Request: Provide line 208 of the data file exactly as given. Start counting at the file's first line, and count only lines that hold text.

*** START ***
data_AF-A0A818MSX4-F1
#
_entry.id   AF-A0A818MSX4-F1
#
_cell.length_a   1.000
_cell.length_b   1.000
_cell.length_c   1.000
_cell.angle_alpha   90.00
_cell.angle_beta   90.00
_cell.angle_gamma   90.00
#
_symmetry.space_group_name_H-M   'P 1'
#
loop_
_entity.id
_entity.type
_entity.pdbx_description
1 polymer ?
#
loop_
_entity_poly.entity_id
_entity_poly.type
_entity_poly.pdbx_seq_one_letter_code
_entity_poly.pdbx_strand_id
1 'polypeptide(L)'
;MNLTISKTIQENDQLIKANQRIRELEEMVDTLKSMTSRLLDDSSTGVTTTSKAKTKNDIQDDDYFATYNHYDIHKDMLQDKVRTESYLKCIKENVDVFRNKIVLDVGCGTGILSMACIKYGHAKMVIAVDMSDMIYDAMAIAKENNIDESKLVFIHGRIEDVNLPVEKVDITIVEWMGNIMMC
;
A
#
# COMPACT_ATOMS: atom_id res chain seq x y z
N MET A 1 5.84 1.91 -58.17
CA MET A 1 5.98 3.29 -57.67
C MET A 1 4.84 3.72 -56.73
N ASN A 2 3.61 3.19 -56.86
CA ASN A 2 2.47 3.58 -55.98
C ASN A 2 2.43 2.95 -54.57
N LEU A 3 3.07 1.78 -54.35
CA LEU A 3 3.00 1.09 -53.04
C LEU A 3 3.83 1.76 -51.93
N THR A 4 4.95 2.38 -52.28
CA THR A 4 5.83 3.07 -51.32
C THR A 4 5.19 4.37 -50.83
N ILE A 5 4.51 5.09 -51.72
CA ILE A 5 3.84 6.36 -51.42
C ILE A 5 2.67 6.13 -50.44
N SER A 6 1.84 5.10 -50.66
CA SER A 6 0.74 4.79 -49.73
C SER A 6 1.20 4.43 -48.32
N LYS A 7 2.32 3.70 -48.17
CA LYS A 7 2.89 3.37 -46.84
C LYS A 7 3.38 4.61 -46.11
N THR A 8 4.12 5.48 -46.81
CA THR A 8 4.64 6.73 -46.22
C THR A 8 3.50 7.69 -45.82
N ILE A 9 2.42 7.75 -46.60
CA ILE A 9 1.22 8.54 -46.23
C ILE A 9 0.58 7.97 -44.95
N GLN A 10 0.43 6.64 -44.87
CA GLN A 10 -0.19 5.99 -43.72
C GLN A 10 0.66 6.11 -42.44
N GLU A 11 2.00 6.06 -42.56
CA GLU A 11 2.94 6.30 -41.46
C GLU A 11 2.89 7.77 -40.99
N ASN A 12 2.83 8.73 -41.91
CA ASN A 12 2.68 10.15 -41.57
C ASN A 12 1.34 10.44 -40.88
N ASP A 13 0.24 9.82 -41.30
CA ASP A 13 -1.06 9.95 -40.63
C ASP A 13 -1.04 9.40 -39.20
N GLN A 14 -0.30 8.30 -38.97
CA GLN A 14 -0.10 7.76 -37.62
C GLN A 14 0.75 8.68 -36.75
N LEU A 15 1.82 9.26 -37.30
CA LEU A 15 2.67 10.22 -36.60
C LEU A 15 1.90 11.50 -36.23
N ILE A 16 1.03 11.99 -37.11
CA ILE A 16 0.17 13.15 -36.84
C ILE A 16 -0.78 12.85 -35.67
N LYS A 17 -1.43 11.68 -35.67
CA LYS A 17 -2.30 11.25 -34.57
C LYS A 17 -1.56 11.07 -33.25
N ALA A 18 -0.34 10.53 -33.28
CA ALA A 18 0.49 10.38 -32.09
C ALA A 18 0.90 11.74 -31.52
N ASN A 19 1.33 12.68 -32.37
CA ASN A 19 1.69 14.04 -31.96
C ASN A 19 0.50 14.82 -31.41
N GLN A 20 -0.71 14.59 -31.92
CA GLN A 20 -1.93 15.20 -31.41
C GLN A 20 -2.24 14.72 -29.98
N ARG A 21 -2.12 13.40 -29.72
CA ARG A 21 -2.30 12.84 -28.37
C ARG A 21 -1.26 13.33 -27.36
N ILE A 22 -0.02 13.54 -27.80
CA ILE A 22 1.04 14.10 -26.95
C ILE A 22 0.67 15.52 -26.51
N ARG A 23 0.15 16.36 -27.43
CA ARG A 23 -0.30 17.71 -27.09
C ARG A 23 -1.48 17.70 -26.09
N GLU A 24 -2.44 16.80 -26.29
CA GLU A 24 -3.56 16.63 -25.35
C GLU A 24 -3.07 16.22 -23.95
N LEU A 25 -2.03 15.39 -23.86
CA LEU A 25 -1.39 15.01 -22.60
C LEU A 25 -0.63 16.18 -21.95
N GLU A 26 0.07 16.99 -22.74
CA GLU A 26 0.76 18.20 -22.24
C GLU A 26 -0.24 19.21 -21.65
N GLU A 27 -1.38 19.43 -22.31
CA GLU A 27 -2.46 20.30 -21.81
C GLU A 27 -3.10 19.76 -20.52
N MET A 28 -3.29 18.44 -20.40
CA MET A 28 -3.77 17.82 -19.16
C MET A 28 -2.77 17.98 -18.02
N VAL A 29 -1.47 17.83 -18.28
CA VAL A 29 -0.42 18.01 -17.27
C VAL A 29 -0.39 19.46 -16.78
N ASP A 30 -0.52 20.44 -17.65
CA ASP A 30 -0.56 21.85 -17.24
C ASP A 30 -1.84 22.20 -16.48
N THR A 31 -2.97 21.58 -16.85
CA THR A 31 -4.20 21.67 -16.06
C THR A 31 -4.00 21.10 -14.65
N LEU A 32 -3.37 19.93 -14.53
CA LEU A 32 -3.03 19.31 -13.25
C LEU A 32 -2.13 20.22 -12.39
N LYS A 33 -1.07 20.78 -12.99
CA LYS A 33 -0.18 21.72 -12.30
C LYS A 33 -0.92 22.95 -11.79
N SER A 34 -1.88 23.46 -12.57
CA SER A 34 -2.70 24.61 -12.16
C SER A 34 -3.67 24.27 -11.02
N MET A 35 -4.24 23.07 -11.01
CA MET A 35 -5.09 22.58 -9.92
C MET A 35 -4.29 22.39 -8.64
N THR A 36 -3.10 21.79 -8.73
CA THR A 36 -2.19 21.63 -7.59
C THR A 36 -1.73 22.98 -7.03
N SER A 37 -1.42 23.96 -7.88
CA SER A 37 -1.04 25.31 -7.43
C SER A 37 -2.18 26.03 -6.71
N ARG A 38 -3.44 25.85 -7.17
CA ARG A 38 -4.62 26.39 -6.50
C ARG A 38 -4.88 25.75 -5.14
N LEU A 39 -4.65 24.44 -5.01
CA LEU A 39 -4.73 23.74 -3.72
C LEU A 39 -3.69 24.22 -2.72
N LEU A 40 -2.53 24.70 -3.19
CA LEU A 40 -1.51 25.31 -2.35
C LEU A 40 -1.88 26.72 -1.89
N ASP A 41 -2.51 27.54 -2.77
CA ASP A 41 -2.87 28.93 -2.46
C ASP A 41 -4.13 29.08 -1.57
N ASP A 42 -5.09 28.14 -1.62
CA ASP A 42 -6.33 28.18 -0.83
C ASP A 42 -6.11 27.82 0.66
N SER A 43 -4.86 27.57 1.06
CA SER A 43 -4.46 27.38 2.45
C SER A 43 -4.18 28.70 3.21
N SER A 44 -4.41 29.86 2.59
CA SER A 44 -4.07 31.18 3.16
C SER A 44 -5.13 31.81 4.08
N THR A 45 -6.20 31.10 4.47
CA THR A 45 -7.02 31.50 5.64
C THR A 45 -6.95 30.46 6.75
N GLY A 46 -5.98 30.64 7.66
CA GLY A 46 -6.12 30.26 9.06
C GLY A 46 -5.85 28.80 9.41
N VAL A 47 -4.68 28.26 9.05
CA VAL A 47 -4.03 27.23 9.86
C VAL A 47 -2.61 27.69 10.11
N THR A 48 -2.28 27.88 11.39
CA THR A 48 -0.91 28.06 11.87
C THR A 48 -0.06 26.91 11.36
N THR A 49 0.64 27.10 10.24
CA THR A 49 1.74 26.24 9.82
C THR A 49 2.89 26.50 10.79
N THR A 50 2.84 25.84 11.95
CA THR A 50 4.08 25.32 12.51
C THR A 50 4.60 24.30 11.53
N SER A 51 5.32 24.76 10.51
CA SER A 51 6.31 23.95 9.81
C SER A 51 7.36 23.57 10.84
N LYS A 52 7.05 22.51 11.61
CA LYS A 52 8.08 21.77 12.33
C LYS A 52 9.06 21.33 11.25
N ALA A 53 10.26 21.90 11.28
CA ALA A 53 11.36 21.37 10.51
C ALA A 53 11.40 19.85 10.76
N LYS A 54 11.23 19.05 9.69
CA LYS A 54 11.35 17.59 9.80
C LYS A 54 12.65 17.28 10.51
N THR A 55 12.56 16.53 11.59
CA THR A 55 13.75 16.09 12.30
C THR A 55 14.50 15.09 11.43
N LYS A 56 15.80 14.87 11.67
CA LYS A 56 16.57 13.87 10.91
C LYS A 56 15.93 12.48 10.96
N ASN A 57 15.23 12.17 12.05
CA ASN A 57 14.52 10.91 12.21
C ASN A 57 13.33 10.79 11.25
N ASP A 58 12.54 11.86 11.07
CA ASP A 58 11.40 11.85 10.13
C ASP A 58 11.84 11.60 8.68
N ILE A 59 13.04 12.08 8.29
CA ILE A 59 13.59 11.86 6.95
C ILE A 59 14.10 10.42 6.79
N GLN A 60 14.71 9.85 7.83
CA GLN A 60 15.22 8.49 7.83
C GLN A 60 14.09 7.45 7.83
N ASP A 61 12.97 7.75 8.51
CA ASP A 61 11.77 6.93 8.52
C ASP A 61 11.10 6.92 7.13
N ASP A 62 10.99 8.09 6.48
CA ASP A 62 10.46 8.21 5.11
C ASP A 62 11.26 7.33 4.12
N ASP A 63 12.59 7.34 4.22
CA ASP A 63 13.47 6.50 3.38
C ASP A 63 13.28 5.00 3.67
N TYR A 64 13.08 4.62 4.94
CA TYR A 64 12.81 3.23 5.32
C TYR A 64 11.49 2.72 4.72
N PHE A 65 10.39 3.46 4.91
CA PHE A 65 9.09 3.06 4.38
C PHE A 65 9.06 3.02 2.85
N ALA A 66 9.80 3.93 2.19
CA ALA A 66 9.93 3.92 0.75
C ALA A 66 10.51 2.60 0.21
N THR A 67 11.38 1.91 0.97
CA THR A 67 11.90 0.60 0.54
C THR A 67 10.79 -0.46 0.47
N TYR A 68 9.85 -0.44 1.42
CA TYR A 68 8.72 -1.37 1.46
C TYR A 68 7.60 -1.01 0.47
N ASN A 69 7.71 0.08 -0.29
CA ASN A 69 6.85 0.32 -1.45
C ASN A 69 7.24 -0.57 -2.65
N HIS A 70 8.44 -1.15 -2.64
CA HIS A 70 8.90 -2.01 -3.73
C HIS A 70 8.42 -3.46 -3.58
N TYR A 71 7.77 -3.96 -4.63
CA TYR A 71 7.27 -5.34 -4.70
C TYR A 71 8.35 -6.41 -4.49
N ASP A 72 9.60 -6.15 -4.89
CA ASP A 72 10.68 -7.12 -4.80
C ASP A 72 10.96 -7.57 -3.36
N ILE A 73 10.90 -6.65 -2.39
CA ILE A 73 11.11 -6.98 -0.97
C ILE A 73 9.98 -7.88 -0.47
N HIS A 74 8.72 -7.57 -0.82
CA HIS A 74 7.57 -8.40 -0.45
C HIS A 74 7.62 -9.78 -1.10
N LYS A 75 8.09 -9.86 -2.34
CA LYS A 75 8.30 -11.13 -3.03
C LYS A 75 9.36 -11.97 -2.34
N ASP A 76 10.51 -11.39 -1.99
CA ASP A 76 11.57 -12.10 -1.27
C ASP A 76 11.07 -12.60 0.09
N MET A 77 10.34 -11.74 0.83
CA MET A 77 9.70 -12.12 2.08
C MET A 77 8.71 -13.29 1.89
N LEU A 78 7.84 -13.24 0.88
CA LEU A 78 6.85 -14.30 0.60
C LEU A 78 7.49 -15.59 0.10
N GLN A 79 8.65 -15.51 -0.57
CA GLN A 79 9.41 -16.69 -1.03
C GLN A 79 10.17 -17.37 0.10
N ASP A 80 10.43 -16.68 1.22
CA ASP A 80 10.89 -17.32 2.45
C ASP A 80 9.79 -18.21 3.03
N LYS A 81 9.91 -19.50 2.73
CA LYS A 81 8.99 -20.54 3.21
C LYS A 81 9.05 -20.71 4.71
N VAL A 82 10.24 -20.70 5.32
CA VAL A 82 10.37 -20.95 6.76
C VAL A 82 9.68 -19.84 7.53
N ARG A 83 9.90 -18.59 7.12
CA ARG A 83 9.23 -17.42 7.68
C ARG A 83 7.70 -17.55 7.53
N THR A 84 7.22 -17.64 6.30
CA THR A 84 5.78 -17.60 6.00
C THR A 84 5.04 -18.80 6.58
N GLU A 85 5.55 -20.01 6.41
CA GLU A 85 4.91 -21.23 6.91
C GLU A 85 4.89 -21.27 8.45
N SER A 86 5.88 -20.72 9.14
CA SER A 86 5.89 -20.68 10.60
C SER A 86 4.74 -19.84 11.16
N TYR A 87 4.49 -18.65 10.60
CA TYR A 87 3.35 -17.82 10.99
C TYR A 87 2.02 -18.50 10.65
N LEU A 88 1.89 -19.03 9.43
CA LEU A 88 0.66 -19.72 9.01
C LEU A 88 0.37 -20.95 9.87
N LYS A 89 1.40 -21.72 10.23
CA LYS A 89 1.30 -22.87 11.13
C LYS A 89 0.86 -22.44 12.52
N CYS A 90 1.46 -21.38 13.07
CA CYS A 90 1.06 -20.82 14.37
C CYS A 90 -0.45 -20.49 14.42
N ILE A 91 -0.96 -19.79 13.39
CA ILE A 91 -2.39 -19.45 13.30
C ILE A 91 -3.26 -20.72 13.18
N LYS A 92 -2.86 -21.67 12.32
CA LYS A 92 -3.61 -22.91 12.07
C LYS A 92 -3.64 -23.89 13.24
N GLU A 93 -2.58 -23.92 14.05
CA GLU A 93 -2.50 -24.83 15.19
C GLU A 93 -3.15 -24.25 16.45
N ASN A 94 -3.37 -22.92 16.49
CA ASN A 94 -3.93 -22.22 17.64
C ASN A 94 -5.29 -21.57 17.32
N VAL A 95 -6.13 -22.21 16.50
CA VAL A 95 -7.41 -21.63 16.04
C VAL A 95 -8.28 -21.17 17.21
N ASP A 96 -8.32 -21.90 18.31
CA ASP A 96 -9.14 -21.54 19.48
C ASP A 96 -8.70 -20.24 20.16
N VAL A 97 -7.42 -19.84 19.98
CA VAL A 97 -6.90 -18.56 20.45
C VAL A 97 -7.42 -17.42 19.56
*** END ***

N GLN A 60 14.71 9.85 7.83